Debt Collection FAQs – Maintaining Control
When a debt collector calls, it’s important to know your rights and what you need to do.
The Federal Trade Commission (FTC The Federal Trade Commission (FTC) is an independent agency of the United States government whose principal mission is the enforcement of civil (non-criminal) U.S. antitrust law and the promotion of consumer protection. The FTC can also act as a clearinghouse for criminal reports sent to other agencies for investigation and prosecution.
To learn more visit www.FTC.gov or to report fraud visit ReportFraud.FTC.gov) enforces the Fair Debt Collection Practices Act (FDCPA), which makes it illegal for debt collectors to use abusive, unfair, or deceptive practices when they collect debts.
Why We Present This Information
Your emotional recovery is only half the battle for most victims! A victim can typically recover emotionally in one to two years after the scam, however, financial recovery usually takes much longer – for some about 4 years, and for others even longer (if ever).
We feel it is important for you to understand the process of financial recovery, debt management, and controlling the collection process.
This information is provided with United States residents in mind, but you should check with your government about these issues for your country. Not all countries are the same in this, and some of the rights indicated below may not apply.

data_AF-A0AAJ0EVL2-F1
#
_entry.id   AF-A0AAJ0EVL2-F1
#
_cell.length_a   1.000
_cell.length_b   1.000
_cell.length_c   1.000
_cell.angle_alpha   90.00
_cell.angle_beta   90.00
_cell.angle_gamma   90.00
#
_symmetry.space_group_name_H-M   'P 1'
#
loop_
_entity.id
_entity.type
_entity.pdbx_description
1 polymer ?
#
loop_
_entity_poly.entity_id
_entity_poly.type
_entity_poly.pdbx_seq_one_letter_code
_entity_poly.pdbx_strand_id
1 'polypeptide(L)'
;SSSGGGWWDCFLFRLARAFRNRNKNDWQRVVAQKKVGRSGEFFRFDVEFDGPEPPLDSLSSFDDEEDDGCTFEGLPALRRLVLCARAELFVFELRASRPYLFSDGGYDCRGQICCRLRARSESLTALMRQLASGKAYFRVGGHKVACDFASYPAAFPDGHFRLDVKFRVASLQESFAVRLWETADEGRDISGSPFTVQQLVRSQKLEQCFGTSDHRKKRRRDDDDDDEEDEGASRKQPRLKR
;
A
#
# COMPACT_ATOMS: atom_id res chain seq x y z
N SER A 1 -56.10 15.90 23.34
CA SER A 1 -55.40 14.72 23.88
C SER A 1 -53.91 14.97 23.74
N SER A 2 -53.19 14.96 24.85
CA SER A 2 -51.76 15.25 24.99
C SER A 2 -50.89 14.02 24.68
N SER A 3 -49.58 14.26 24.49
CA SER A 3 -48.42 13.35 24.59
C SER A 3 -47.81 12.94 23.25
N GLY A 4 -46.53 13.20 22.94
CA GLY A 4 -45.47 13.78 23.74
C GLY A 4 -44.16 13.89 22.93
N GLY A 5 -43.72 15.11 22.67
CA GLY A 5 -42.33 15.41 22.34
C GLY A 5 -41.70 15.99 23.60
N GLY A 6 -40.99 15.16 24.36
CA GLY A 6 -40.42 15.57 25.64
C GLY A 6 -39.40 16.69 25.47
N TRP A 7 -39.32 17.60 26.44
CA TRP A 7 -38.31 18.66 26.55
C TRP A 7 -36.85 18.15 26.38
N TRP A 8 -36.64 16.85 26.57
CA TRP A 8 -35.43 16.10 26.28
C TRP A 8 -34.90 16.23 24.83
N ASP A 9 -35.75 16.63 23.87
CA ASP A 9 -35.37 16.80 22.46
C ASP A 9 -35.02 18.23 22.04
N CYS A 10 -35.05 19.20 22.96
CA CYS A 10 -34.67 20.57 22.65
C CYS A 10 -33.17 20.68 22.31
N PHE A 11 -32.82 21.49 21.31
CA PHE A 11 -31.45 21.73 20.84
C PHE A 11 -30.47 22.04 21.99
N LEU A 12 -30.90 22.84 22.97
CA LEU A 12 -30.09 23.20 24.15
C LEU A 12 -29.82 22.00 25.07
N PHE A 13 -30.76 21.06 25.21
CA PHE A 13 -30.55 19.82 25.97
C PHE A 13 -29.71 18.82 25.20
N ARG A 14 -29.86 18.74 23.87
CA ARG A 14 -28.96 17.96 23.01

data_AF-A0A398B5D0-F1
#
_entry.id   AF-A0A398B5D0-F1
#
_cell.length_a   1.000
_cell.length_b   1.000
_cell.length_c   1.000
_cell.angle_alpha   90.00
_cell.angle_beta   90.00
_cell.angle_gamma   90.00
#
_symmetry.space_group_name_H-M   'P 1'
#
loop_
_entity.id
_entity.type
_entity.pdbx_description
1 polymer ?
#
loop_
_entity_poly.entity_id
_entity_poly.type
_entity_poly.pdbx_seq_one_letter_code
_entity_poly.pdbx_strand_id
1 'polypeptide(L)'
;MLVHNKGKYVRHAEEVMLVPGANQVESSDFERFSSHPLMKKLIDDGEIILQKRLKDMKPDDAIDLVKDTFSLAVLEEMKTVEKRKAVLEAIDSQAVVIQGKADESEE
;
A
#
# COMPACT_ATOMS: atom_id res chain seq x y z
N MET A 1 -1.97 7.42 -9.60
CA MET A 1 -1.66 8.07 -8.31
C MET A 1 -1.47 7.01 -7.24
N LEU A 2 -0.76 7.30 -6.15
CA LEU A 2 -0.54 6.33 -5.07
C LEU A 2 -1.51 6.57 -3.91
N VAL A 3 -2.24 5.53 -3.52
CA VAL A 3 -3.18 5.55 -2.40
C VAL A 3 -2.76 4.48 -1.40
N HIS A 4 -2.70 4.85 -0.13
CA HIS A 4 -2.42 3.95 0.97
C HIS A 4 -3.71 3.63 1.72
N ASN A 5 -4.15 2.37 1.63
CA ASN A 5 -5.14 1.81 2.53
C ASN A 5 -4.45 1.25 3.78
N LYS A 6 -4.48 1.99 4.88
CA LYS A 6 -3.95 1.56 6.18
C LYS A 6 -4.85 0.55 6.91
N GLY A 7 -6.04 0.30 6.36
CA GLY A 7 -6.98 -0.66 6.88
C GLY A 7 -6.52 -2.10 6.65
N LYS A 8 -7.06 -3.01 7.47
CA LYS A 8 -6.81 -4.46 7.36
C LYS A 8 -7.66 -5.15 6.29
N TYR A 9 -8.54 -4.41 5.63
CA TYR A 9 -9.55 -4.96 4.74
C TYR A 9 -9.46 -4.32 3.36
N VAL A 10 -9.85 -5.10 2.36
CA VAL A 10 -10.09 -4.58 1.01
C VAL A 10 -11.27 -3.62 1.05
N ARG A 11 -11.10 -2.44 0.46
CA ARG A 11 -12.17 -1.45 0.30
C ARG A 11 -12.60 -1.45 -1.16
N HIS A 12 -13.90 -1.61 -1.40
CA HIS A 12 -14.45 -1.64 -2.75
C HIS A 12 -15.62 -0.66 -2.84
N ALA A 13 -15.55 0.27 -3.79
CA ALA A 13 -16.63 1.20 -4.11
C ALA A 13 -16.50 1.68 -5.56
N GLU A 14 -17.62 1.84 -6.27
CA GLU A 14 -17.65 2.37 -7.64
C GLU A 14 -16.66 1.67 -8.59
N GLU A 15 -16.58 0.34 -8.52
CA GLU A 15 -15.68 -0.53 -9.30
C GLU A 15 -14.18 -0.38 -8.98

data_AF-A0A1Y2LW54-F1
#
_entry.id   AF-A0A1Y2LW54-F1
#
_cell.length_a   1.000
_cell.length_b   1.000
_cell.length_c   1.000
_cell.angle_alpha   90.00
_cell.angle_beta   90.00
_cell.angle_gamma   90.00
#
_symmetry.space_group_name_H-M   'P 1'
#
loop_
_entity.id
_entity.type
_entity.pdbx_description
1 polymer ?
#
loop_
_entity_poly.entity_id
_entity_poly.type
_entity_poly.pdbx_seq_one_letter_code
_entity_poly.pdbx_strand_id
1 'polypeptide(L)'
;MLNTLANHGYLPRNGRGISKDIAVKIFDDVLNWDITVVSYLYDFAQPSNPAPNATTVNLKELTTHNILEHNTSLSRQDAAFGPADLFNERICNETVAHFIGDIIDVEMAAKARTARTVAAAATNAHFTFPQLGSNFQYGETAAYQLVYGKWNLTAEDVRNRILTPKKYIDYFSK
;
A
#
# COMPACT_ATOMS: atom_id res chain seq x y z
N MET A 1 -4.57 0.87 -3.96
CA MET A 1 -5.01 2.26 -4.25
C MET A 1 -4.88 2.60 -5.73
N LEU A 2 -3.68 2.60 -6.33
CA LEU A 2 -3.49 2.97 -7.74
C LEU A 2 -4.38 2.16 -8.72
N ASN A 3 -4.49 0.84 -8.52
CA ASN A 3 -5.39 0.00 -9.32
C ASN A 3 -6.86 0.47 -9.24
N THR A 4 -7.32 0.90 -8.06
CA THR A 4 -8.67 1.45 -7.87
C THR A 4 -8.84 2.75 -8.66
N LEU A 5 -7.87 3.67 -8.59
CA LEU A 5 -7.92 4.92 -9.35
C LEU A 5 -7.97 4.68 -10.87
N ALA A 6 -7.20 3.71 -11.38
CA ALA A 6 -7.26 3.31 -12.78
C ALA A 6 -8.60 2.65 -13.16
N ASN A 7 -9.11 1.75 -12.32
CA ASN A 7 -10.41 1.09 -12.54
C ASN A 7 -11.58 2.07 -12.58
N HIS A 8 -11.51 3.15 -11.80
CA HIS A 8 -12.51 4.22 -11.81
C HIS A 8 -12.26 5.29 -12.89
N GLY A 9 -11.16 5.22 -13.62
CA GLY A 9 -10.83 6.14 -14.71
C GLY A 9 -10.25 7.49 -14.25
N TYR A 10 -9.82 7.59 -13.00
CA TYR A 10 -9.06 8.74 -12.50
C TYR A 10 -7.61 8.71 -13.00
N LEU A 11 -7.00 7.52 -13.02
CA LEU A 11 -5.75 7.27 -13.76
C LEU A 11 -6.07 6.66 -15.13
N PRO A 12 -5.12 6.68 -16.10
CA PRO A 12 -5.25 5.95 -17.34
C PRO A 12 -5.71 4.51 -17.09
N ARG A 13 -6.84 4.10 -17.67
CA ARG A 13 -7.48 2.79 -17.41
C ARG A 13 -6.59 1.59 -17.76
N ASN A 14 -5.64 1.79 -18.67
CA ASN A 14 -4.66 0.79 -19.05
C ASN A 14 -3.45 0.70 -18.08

Your Debt Collection Rights
What types of debts are covered by debt collectors?
Your credit card debt, auto loans, medical bills, student loans, mortgage, and other household debts are covered. Business debts are not.
Can debt collectors contact me any time or any place?
No. Debt collectors can’t contact you at inconvenient times or places. They can’t contact you before 8 a.m. or after 9 p.m., unless you agree to it. They also can’t contact you at work if they’re told you’re not allowed to get calls there.
How can a debt collector contact me?
Debt collectors can call you, or send letters, emails, or text messages to collect a debt.
How can I stop a debt collector from contacting me?
Send a letter by mail asking for contact to stop (make yourself a copy before you do). You might want to send it by certified mail and pay for a “return receipt” so you have a record the collector received it. Once the collector gets your letter, it can only contact you to confirm it will stop contacting you, or to tell you a specific action, like filing a lawsuit, will be taken. If you are represented by an attorney and inform the collector, the collector must communicate with your attorney, not you, unless the attorney fails to respond within a reasonable period of time to the communication from the debt collector.
You might want to talk to the collector at least once, even if you don’t think you owe the debt or can’t repay it immediately. That way you can confirm whether it’s really your debt. If it is your debt, you can find out from the collector more information about it. In talking with a debt collector, be careful about sharing your personal or financial information, especially if you’re not already familiar with the collector.